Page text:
Substantial hysteresis in emergent temperature sensitivity of global wetland CH4 emissions.
Riley, William J.
Knox, Sara H.
Jackson, Robert B.
Campbell, David I.
Delwiche, Kyle B.
Desai, Ankur R.
Hemes, Kyle S.
Nature Communications; 4/15/2021, Vol. 12 Issue 1, p1-10, 10p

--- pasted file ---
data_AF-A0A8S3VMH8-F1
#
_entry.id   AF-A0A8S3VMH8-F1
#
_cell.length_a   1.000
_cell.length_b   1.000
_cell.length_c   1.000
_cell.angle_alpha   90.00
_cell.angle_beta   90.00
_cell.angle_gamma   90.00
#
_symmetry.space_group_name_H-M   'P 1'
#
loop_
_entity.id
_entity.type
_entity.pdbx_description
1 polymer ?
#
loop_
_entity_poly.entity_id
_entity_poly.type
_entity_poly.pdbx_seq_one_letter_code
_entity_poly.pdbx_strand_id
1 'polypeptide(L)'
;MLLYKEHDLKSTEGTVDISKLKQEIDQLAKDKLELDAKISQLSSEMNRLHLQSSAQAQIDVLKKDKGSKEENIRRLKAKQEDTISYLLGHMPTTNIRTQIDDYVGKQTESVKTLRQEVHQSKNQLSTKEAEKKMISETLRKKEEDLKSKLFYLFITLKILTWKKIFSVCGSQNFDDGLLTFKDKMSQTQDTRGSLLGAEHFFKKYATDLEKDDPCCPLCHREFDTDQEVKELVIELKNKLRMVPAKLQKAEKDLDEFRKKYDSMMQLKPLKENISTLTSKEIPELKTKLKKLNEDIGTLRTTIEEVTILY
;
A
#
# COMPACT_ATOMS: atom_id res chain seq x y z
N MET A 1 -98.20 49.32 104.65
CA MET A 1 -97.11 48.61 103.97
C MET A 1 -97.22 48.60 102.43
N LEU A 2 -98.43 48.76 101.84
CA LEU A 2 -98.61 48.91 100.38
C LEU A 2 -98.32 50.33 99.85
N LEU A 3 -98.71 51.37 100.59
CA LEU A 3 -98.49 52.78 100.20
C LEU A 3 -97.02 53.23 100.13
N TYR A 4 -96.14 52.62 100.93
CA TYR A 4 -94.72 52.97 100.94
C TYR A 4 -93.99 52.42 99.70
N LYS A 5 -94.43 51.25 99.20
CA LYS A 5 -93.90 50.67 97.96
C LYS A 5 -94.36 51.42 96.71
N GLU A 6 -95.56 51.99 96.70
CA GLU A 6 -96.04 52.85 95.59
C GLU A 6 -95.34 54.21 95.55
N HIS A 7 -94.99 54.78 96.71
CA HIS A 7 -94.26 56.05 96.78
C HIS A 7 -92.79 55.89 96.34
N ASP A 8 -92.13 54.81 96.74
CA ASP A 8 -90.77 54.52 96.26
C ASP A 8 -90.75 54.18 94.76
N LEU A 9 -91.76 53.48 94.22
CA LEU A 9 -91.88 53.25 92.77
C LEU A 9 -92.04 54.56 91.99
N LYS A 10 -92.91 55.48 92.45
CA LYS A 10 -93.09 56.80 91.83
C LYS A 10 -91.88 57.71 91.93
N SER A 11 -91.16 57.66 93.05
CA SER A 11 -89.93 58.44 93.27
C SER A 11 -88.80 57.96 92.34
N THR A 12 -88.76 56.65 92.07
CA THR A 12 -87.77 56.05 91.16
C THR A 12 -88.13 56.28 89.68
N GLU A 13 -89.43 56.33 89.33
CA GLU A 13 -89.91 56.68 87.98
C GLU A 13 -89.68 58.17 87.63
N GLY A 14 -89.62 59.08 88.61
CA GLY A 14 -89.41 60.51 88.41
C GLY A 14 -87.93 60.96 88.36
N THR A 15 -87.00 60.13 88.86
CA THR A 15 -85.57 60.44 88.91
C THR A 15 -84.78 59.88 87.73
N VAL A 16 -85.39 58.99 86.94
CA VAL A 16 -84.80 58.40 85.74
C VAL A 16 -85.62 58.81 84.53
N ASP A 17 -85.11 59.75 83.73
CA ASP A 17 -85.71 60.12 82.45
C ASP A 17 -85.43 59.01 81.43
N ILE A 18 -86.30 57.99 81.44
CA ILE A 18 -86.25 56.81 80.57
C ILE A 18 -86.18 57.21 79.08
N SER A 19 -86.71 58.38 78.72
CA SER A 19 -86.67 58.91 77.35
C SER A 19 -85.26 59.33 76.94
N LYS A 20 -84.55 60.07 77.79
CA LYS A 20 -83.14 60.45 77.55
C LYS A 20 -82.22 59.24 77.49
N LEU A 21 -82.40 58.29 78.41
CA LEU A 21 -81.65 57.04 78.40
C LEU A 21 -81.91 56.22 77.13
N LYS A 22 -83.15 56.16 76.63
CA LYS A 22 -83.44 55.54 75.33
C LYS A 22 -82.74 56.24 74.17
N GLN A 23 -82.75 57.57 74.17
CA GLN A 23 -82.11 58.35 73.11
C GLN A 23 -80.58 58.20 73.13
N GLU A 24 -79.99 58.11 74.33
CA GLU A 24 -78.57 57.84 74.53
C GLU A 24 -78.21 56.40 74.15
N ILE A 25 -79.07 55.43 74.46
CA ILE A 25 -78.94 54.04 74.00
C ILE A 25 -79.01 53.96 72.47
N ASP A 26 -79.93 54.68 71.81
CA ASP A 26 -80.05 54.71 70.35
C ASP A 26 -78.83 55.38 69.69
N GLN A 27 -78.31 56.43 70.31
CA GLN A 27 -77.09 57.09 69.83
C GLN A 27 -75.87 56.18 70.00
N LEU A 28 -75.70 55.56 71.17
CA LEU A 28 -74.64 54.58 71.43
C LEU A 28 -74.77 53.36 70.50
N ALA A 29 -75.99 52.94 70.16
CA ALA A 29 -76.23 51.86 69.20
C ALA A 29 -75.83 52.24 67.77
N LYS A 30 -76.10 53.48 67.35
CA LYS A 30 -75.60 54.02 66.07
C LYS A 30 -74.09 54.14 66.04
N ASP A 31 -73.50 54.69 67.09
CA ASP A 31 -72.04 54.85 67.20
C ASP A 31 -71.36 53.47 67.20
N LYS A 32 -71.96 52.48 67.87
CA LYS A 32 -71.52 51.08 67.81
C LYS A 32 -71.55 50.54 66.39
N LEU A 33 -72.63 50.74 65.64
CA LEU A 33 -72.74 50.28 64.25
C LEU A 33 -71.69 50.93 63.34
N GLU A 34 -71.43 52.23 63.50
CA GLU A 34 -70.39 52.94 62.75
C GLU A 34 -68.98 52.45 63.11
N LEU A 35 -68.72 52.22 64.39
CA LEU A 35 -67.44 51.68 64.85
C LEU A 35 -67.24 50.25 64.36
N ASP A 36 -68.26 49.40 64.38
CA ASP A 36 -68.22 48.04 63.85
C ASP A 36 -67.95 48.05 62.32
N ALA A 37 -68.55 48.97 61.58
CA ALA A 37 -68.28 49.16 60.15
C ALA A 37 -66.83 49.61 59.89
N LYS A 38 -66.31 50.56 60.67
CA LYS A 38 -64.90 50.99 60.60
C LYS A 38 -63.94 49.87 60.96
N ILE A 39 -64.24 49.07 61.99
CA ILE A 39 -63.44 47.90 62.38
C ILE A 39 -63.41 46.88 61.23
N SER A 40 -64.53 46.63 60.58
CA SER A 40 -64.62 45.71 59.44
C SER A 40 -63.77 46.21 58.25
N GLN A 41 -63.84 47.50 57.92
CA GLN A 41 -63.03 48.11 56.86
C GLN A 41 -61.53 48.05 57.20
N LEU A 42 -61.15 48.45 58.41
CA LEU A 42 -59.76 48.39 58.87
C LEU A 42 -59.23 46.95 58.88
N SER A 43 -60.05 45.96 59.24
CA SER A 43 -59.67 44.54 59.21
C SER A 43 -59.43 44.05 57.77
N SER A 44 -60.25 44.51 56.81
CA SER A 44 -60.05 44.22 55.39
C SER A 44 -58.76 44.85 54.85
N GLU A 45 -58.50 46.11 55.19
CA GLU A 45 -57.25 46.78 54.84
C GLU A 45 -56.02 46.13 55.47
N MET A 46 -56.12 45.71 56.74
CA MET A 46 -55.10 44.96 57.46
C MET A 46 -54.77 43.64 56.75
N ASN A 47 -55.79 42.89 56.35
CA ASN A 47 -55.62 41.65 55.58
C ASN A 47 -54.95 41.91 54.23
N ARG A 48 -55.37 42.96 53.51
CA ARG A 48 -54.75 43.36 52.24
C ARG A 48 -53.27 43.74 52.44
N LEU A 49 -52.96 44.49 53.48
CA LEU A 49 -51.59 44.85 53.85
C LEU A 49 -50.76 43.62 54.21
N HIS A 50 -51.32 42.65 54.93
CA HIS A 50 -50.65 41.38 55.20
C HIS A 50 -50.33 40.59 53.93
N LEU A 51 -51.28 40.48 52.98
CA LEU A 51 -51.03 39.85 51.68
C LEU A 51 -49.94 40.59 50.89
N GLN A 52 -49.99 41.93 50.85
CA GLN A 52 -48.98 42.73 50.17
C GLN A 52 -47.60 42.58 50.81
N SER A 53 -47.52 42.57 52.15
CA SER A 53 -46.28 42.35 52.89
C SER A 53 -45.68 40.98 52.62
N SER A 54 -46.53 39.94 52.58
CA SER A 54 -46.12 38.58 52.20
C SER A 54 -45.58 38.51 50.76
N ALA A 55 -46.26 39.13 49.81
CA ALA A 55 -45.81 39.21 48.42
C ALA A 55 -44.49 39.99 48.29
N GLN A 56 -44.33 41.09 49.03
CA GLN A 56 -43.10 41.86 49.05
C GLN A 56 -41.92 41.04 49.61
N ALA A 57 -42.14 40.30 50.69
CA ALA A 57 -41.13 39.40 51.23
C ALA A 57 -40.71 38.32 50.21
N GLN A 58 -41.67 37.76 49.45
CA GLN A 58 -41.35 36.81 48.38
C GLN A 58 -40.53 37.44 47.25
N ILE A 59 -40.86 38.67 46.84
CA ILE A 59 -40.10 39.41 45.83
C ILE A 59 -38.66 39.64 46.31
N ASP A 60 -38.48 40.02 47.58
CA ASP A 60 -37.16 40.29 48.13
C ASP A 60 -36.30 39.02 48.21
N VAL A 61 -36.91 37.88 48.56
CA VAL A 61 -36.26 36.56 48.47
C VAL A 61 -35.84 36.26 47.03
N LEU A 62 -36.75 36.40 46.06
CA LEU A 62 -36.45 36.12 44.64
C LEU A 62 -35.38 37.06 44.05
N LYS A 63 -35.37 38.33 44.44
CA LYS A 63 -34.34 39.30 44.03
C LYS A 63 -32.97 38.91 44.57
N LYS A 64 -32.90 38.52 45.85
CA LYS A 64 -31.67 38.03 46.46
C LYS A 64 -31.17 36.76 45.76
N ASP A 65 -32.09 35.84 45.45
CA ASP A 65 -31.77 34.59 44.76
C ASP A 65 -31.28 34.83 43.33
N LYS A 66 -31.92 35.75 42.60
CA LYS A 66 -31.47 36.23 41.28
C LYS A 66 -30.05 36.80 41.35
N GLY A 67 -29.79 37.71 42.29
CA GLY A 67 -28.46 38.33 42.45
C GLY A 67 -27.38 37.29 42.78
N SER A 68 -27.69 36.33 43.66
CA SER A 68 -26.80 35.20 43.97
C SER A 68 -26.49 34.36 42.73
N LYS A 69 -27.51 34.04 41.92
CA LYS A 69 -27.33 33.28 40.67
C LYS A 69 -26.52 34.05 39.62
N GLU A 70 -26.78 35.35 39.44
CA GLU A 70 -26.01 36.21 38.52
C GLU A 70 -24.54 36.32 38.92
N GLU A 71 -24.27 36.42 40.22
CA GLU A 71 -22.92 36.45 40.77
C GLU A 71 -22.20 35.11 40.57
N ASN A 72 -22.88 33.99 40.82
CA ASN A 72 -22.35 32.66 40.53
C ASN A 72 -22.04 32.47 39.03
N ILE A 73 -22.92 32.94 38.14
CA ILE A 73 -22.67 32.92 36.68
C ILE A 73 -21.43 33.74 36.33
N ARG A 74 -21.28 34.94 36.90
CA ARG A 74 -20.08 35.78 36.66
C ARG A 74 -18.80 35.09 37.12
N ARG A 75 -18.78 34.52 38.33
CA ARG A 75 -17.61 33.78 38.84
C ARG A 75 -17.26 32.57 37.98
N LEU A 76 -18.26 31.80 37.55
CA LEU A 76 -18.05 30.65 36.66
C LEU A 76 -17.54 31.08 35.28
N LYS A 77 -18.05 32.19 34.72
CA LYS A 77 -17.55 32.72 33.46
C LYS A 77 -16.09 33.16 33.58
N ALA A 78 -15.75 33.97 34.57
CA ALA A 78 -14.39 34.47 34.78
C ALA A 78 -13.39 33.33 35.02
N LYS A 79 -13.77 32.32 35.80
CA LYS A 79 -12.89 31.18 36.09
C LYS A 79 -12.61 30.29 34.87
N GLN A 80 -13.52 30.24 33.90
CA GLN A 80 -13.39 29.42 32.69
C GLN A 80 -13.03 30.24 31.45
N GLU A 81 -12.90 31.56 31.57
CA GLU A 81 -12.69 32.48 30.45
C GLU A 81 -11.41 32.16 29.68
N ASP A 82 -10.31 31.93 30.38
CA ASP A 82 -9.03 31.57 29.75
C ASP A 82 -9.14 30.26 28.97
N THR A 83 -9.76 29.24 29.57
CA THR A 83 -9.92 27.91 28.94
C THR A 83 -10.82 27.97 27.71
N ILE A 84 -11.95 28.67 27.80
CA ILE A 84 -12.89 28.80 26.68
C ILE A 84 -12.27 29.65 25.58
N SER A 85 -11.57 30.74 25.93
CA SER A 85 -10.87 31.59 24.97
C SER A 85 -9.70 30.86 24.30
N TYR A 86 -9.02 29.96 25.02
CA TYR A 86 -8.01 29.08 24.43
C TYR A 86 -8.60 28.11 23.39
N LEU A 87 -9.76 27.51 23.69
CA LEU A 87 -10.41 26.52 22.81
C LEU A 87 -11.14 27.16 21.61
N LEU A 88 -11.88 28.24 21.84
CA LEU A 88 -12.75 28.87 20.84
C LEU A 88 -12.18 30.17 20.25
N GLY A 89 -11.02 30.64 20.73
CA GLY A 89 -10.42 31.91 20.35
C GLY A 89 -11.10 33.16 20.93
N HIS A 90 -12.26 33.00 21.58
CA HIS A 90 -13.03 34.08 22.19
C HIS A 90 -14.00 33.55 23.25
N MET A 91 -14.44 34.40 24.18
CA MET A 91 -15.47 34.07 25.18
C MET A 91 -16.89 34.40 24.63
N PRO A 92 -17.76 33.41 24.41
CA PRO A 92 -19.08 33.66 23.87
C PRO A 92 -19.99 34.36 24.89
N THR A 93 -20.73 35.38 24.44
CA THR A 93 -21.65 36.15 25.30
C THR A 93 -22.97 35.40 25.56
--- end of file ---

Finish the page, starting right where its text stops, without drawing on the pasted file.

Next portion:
Wetland methane (CH4) emissions ( F C H 4 ) are important in global carbon budgets and climate change assessments. Currently, F C H 4 projections rely on prescribed static temperature sensitivity that varies among biogeochemical models. Meta-analyses have proposed a consistent F C H 4 temperature dependence across spatial scales for use in models; however, site-level studies demonstrate that F C H 4 are often controlled by factors beyond temperature. Here, we evaluate the relationship between F C H 4 and temperature using observations from the FLUXNET-CH4 database. Measurements collected across the globe show substantial seasonal hysteresis between F C H 4 and temperature, suggesting larger F C H 4 sensitivity to temperature later in the frost-free season (about 77% of site-years). Results derived from a machine-learning model and several regression models highlight the importance of representing the large spatial and temporal variability within site-years and ecosystem types. Mechanistic advancements in biogeochemical model parameterization and detailed measurements in factors modulating CH4 production are thus needed to improve global CH4 budget assessments. Wetland methane emissions contribute to global warming, and are oversimplified in climate models. Here the authors use eddy covariance measurements from 48 global sites to demonstrate seasonal hysteresis in methane-temperature relationships and suggest the importance of microbial processes. [ABSTRACT FROM AUTHOR]
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